As an entrepreneur, you start your company because of your passion for what you are doing. Yet, no matter how much you love your business, you will eventually need to sell it. This guide from SmallBusiness.co.uk offers three great ways to ensure you get the most money possible for it.
As an entrepreneur, you start your company because of your passion for what you are doing. Yet, no matter how much you love your business, you will eventually need to sell it. For example, you may want to retire, you may want the money to pursue another exciting opportunity or perhaps the business needs be part of a bigger organisation in order to grow.
The reason for the sale doesn’t matter. What does matter is that you get the most money possible for it. This guide from SmallBusiness.co.uk and Barry Larson, founder of IT consultant Arbutus Ridge, offers three great ways to ensure you do.
Design the business to operate when you aren’t there
This one sounds easy, but it’s trickier than it seems. Ask yourself, ‘Could I take a month-long holiday and not have a problem?’ If the answer is no, it’s time to think about your systems. “Systems” is just a fancy way of saying that you have written procedures or documented how you do things.
This can be as simple as a few steps on a piece of paper or, alternatively, involve some sophisticated computer software. The key test is whether your team would make the same decision as you, even though you aren’t there to ask.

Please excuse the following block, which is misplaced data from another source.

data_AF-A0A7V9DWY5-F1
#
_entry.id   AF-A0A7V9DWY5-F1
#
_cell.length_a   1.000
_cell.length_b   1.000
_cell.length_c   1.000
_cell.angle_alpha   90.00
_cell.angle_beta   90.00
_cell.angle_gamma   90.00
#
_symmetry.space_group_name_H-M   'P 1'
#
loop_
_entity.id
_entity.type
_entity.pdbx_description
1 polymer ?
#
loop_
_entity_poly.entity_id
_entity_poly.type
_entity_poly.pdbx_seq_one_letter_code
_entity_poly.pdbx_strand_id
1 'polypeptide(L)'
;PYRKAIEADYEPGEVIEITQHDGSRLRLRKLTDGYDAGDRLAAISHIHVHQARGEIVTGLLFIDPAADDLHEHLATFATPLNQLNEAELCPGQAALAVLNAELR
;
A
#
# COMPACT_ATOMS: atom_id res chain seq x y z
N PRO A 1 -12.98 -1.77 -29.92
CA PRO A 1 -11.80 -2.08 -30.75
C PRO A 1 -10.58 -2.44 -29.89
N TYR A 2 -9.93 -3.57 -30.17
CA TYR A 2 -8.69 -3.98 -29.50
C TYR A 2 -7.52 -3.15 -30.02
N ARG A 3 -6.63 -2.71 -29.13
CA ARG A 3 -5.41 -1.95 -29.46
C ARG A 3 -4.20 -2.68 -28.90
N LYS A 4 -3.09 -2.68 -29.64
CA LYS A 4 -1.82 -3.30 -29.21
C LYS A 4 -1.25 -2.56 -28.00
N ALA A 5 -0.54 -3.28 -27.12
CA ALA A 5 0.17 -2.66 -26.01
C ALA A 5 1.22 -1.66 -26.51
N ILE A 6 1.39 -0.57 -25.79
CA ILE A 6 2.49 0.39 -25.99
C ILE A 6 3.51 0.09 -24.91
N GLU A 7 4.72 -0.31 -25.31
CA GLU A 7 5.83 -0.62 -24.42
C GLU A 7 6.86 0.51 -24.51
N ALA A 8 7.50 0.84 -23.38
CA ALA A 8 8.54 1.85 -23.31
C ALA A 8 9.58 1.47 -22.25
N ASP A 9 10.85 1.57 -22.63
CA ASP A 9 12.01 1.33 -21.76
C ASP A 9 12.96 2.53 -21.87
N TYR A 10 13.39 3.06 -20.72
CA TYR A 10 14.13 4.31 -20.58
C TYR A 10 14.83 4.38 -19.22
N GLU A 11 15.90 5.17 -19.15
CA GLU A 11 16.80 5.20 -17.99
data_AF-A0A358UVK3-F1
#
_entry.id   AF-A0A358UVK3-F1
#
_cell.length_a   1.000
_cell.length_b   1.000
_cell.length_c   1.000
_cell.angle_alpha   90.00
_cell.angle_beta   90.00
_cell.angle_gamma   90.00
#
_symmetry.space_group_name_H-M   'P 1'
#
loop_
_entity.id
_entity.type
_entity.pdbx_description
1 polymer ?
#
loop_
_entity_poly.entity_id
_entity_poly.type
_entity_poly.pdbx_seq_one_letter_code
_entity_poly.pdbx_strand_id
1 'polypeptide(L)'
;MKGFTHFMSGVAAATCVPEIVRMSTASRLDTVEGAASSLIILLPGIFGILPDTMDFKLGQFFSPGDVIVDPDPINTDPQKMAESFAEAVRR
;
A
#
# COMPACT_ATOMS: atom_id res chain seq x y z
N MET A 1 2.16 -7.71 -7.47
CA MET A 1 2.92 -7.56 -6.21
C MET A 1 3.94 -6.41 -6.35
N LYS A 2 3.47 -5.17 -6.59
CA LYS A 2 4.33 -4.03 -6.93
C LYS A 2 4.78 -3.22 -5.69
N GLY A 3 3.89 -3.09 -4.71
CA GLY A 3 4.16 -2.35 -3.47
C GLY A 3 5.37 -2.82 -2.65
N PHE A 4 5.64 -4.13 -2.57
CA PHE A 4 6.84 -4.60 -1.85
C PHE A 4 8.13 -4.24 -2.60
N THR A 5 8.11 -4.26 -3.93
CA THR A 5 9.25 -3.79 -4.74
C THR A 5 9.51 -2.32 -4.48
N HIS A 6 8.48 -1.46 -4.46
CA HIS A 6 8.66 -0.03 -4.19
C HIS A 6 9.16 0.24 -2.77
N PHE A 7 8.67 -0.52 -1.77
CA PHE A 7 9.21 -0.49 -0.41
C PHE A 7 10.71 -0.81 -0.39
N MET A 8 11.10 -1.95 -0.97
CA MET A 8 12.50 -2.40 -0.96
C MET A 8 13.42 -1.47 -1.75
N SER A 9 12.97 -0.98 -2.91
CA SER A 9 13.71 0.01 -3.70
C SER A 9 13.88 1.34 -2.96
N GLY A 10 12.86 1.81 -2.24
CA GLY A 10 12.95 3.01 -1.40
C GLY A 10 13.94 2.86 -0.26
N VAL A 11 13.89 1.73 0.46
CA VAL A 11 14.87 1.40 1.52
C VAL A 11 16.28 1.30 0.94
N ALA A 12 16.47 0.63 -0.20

There is another benefit to having standard, written processes – your business is more robust. When processes are documented, projects are not stopped because a key person calls in sick, and new recruits can be productive sooner.
Both of these benefits are linked to efficient operations and that means more predictable cash flow, a key component in the valuation of your business.
Make it easy for the buyer to see how they can achieve their plans
Buyers want your business because they want to do something with it. Your job is to show them how easy it is going to be to achieve their plans once the deals closes.
Typically, these plans fall into two areas. Firstly, the buyer may want to reduce operational overheads by slimming down the administrative part of your business. Ensure your staff and operational costs are fully broken down for the buyer to see.
This transparency makes it easy to determine where there are possible efficiency gains, and you may even identify some savings long before you sell.
Secondly, the buyer may see new sales opportunities stemming from your customer base or your products. This means that you must have accurate records of current and past customers, what they bought and for how much. This is a great way to explain why your business is the best one to buy.
Have answers to all of the due diligence questions
Many buyers will start their due diligence process with an audit of your contracts. Through these documents, the buyer can easily determine what, if any, intellectual property your staff own or the terms on which they can be made redundant, for example.
Equally, it may be important to cancel existing customer or supplier agreements, and it is only through the contracts that the buyer can establish how easy it will be to do this.
It is useful for the buyer to see the negotiated parts of the agreements and to understand how you reached your terms. Having all of this information to hand at the outset demonstrates that you take these matters seriously, which is a good thing from any buyer’s perspective.
Each of these tips should help to increase the value and desirability of your business, but remember, this work often needs to begin a number of years in advance of the sale.